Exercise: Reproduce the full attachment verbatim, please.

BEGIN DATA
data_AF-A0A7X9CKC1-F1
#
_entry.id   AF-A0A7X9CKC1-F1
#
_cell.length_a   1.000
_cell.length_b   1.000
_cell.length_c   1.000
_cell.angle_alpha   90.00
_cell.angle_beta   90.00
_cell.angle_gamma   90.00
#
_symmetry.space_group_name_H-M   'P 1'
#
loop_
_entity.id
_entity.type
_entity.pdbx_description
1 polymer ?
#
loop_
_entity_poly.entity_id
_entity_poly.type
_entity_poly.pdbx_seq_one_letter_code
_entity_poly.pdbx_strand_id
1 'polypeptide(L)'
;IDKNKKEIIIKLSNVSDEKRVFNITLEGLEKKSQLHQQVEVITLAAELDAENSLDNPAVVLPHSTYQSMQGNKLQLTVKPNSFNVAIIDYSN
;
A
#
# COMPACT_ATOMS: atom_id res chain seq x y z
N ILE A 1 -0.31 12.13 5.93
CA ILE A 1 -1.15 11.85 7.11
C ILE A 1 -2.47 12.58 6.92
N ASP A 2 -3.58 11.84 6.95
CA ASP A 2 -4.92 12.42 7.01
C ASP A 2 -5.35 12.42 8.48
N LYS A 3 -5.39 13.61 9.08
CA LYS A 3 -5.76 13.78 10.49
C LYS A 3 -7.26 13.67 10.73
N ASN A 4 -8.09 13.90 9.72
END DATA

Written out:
data_AF-A0A7X9CKC1-F1
#
_entry.id   AF-A0A7X9CKC1-F1
#
_cell.length_a   1.000
_cell.length_b   1.000
_cell.length_c   1.000
_cell.angle_alpha   90.00
_cell.angle_beta   90.00
_cell.angle_gamma   90.00
#
_symmetry.space_group_name_H-M   'P 1'
#
loop_
_entity.id
_entity.type
_entity.pdbx_description
1 polymer ?
#
loop_
_entity_poly.entity_id
_entity_poly.type
_entity_poly.pdbx_seq_one_letter_code
_entity_poly.pdbx_strand_id
1 'polypeptide(L)'
;IDKNKKEIIIKLSNVSDEKRVFNITLEGLEKKSQLHQQVEVITLAAELDAENSLDNPAVVLPHSTYQSMQGNKLQLTVKPNSFNVAIIDYSN
;
A
#
# COMPACT_ATOMS: atom_id res chain seq x y z
N ILE A 1 -0.31 12.13 5.93
CA ILE A 1 -1.15 11.85 7.11
C ILE A 1 -2.47 12.58 6.92
N ASP A 2 -3.58 11.84 6.95
CA ASP A 2 -4.92 12.42 7.01
C ASP A 2 -5.35 12.42 8.48
N LYS A 3 -5.39 13.61 9.08
CA LYS A 3 -5.76 13.78 10.49
C LYS A 3 -7.26 13.67 10.73
N ASN A 4 -8.09 13.90 9.72